Q. 484.5( 2 Votes )
A uranium reactor develops thermal energy at a rate of 300 KW. Calculate the amount of 235U being consumed every second. Average energy released per fission is 200 MeV.
Let n atoms consume per sec.
Total energy released per sec= No. of atoms consumed per sec × Energy released per atom
n= 9.375× 1015
235g of 235U contains 6.023× 1023 atoms
9.375× 1015 atoms are present in = 3.65× 10-6g
Rate this question :
Calculate the energy that can be obtained from 1 kg of water through the fusion reaction
2H + 2H →3H + p.
Assume that 1.5 × 10–2% of natural water is heavy water D2O (by number of molecules) and all the deuterium is used for fusion.
HC Verma - Concepts of Physics Part 2
A nuclide 1 is said to be the mirror isobar of nuclide 2 if Z1 =N2 and Z2 =N1.
(a) What nuclide is a mirror isobar of?
(b) Which nuclide out of the two mirror isobars have greater binding energy and why?
Physics - Exemplar
The mass of a H-atom is less than the sum of the masses of a proton and electron. Why is this?Physics - Exemplar
Are the nucleons fundamental particles, or do they consist of still smaller parts? One way to find out is to probe a nucleon just as Rutherford probed an atom. What should be the kinetic energy of an electron for it to be able to probe a nucleon? Assume the diameter of a nucleon to be approximately 10–15 m.Physics - Exemplar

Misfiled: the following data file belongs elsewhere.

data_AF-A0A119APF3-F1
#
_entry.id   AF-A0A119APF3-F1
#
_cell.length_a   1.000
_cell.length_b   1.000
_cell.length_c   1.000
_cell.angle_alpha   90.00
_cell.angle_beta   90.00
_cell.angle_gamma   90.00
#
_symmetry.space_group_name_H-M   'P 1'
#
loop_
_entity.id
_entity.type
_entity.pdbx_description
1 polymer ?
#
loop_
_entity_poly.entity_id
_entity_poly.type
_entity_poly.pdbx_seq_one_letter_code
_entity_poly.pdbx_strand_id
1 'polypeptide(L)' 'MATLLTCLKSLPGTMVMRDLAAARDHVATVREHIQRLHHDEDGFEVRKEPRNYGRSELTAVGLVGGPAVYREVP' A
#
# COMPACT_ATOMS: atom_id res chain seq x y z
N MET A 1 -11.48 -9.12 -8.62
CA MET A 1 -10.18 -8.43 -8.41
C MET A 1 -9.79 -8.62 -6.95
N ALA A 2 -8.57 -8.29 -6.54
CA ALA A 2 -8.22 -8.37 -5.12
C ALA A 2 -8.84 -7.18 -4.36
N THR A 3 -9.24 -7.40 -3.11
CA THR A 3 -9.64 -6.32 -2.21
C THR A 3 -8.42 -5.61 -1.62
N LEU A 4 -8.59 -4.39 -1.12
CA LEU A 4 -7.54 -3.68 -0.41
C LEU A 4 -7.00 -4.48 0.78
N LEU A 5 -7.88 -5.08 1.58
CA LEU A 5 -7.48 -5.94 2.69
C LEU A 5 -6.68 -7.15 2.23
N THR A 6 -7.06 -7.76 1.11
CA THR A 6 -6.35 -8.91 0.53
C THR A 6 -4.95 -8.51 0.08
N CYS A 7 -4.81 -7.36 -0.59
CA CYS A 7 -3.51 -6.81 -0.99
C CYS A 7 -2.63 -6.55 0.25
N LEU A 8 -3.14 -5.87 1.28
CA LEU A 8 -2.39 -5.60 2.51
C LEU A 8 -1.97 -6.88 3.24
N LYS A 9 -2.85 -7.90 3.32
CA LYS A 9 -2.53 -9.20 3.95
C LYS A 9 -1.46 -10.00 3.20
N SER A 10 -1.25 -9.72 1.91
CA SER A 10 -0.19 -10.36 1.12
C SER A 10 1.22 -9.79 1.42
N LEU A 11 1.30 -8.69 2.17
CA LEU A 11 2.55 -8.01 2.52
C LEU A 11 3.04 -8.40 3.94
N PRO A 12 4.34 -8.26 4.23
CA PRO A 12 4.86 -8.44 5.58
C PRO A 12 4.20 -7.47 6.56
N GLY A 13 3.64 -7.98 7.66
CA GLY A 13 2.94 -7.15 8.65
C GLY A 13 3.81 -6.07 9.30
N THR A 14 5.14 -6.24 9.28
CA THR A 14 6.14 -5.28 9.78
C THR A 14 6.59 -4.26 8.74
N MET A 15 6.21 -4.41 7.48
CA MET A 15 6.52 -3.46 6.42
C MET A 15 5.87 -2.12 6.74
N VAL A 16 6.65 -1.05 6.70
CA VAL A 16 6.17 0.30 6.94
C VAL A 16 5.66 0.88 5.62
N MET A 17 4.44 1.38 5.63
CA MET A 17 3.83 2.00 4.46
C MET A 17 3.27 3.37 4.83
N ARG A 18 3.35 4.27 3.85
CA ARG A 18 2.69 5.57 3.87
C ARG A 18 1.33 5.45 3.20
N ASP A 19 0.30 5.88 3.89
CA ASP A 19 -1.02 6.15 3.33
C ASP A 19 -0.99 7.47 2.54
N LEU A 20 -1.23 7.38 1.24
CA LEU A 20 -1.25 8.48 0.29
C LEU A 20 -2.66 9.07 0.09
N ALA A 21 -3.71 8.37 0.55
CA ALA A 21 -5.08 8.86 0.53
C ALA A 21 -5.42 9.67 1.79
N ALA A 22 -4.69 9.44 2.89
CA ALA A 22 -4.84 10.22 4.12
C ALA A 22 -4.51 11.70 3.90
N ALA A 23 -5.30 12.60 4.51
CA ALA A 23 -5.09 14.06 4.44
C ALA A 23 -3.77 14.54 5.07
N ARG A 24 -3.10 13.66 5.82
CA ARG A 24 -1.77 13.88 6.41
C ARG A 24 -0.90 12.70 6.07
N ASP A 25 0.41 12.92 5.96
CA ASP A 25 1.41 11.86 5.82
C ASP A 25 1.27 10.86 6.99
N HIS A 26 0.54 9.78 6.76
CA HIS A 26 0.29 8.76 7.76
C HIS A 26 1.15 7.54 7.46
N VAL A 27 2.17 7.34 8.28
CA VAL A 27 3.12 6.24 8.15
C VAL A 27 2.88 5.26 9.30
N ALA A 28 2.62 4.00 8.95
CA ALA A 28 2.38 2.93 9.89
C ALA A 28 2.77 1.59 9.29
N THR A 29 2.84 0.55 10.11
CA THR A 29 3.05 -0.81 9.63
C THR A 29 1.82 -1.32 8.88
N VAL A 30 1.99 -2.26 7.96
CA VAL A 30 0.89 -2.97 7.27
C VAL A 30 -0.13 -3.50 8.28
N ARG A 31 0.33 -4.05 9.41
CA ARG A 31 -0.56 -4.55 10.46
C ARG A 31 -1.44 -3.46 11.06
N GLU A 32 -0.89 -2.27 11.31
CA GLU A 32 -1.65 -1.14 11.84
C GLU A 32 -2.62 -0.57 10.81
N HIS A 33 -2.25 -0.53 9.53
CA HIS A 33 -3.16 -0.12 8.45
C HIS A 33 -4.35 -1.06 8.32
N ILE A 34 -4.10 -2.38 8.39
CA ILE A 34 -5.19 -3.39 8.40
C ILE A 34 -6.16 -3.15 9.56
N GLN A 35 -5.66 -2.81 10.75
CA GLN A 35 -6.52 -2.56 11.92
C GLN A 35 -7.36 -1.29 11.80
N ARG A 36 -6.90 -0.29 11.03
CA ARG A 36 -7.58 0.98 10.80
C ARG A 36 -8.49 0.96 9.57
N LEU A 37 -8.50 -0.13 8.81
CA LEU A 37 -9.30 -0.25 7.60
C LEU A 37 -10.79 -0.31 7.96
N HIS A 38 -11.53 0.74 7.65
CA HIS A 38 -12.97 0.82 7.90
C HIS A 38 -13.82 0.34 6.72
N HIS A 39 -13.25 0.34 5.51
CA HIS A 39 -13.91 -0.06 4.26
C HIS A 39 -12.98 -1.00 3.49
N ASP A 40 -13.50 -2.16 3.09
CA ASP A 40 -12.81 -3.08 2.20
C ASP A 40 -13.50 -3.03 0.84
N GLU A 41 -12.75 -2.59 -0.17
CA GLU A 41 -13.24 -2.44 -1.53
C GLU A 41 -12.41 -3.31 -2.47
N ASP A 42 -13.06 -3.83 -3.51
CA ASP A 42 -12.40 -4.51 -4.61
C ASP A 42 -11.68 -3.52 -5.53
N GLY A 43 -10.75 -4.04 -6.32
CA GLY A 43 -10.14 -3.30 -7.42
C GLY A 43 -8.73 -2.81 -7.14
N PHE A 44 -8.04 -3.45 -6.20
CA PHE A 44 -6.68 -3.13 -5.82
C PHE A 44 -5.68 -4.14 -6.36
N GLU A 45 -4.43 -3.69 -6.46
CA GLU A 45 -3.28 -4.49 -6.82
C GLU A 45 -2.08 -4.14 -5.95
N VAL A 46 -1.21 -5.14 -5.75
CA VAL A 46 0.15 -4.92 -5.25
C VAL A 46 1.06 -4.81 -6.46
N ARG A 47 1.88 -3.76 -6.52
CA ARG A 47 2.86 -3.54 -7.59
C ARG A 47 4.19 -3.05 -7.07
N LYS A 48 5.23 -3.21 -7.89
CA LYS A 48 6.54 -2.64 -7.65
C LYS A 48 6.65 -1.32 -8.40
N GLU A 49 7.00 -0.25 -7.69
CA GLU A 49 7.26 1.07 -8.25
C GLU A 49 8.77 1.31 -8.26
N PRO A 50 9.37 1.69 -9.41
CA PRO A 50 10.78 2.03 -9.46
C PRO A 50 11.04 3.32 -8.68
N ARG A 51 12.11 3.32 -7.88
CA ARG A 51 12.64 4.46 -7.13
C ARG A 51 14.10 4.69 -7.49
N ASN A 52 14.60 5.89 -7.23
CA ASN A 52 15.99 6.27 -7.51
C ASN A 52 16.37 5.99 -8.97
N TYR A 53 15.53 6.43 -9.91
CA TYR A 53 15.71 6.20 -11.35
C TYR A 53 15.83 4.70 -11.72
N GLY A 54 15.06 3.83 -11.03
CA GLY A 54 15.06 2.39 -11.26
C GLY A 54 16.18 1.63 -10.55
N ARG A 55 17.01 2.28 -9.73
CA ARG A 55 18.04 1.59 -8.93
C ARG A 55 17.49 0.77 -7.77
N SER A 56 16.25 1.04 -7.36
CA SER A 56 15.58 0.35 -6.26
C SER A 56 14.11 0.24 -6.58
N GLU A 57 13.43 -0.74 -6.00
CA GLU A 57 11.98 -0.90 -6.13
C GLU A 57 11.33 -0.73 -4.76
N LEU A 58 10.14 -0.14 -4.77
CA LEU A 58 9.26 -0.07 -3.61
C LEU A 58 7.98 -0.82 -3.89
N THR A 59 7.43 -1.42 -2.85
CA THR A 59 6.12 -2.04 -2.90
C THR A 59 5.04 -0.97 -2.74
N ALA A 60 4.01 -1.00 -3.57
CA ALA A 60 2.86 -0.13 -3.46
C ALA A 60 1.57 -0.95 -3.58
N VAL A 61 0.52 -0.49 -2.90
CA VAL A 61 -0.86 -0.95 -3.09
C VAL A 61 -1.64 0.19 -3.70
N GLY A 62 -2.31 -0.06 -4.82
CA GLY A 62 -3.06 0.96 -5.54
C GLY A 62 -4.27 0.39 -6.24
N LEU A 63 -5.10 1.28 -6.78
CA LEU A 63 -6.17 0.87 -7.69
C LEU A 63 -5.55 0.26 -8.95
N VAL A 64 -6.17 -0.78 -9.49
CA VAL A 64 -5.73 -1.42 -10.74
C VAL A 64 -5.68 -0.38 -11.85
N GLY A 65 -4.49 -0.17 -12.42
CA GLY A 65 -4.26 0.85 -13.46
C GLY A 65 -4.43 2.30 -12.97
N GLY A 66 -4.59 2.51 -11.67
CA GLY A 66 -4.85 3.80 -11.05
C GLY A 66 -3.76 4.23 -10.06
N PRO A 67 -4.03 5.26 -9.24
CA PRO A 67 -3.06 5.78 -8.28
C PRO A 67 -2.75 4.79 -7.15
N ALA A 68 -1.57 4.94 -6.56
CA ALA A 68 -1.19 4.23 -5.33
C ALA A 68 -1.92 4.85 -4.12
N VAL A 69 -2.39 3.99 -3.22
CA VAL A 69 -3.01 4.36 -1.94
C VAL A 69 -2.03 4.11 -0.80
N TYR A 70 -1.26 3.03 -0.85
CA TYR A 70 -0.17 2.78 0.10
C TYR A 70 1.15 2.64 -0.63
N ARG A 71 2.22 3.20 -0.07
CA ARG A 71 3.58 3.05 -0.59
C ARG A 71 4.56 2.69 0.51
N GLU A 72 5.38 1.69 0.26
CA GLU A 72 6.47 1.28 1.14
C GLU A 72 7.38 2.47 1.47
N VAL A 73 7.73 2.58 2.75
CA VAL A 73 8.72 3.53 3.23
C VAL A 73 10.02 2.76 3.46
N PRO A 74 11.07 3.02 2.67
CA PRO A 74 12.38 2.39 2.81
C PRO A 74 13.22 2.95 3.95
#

In pair annihilation, an electron and a positron destroy each other to produce gamma radiation. How is the momentum conserved?Physics - Exemplar
The binding energy of a H-atom, considering an electron moving around a fixed nuclei (proton), is . (m = electron mass). If one decides to work in a frame of reference where the electron is at rest, the proton would be moving around it. By similar arguments, the binding energy would be
(M = proton mass)
This last expression is not correct because
Physics - Exemplar
Calculate the minimum energy needed to separate a neutron from a nucleus with Z protons and N neutrons in terms of the masses MZ, N, MZ, N–1 and the mass of the neutron.HC Verma - Concepts of Physics Part 2